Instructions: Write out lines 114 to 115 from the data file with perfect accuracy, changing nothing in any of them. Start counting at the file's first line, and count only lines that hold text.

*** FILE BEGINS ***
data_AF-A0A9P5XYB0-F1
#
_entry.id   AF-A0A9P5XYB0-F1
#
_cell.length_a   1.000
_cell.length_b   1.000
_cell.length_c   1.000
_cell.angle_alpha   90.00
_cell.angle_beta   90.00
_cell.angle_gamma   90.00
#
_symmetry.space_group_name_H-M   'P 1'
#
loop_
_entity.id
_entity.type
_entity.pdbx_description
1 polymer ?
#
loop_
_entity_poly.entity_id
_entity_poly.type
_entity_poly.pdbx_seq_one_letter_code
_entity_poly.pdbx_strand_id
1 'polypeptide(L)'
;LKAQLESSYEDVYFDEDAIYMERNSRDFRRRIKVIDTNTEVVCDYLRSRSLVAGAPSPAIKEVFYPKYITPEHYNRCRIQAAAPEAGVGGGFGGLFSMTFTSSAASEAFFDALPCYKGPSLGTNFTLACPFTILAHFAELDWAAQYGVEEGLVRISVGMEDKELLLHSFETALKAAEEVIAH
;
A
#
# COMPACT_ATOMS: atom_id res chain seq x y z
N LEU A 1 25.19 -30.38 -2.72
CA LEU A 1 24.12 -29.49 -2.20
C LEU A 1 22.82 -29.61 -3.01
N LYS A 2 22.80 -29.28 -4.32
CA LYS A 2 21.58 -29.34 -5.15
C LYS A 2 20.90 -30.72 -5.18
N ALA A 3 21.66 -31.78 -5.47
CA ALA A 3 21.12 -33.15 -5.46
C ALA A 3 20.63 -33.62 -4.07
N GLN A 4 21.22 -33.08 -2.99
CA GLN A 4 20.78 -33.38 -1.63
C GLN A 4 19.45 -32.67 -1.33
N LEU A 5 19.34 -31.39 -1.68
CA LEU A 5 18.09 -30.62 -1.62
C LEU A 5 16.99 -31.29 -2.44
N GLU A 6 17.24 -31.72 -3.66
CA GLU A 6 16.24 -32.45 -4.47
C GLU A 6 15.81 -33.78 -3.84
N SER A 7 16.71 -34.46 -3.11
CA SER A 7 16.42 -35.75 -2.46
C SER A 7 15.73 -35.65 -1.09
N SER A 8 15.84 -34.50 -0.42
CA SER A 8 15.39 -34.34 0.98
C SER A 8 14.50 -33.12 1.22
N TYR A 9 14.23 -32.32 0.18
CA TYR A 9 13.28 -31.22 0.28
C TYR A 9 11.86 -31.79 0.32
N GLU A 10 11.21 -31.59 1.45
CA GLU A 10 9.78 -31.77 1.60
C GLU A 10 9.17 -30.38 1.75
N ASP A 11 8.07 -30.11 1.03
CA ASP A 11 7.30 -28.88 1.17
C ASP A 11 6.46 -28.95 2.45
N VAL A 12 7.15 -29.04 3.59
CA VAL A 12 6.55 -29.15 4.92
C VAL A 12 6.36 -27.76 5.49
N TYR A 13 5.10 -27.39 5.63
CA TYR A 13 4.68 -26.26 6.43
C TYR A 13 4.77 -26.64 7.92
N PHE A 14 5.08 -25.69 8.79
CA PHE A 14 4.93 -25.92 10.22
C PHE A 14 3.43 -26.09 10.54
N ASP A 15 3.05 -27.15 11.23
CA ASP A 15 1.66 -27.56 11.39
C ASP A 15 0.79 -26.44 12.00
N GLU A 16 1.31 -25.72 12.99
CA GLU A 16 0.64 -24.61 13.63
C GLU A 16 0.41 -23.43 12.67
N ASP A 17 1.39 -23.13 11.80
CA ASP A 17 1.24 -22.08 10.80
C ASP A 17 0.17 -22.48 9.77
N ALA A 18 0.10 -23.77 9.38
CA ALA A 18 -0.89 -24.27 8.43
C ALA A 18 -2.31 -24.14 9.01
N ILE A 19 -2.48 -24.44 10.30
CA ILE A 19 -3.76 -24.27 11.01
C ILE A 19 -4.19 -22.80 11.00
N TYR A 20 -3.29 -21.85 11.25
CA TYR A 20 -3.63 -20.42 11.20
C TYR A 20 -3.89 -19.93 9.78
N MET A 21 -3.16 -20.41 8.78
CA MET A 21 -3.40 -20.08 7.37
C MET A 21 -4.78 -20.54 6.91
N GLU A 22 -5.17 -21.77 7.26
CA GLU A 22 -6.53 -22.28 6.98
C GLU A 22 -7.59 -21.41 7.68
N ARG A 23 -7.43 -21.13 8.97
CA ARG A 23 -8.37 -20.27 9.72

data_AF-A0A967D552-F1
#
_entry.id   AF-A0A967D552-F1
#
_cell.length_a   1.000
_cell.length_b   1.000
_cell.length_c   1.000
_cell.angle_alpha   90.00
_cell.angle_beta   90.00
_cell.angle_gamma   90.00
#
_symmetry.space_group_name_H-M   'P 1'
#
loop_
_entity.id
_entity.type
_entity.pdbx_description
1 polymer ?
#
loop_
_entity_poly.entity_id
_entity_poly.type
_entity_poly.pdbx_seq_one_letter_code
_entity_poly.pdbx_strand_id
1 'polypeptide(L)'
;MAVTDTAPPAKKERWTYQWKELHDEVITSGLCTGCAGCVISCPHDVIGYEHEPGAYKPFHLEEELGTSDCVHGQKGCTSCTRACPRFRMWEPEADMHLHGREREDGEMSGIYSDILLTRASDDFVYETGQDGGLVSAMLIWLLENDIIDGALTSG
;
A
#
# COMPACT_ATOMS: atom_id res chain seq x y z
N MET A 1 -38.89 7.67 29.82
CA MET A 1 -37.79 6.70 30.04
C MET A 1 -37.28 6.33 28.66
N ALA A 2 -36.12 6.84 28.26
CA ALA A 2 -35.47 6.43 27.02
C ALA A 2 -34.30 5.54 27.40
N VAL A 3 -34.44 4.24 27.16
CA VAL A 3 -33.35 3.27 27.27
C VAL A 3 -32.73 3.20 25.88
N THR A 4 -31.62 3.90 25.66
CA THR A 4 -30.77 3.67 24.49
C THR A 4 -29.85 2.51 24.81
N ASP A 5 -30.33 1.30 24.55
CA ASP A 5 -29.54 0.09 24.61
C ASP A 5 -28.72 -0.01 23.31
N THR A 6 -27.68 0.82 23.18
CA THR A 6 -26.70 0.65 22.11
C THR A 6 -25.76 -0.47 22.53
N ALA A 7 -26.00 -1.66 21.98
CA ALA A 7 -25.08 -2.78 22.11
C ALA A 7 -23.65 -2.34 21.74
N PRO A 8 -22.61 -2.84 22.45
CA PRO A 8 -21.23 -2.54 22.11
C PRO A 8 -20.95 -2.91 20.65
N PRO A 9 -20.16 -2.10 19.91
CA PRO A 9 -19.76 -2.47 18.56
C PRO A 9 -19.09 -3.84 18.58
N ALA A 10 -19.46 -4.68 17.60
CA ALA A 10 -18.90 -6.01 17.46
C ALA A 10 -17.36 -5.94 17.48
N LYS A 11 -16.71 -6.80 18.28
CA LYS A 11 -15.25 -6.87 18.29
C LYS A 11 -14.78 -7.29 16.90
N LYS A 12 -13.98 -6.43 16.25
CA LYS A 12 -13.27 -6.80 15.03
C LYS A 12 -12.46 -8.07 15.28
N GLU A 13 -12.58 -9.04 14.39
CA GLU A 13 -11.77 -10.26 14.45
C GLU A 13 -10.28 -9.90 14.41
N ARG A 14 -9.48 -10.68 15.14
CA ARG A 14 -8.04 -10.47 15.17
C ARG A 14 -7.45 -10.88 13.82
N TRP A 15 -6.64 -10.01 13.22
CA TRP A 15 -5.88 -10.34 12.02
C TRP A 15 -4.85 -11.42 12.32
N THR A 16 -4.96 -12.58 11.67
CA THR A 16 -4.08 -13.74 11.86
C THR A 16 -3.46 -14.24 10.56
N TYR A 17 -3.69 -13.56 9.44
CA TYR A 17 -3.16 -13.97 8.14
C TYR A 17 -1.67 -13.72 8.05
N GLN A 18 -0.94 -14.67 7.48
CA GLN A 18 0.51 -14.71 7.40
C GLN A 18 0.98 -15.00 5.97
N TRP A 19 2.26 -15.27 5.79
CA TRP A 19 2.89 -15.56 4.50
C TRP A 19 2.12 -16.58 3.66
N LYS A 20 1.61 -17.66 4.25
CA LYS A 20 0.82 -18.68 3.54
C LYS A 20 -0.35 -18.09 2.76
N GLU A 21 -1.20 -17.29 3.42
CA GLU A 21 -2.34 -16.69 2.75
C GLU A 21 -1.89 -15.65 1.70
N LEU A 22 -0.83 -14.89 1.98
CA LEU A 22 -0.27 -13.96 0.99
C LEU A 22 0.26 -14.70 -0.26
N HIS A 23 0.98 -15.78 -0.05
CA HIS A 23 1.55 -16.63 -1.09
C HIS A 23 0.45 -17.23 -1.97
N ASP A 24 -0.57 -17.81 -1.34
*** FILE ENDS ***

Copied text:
_entity.type
_entity.pdbx_description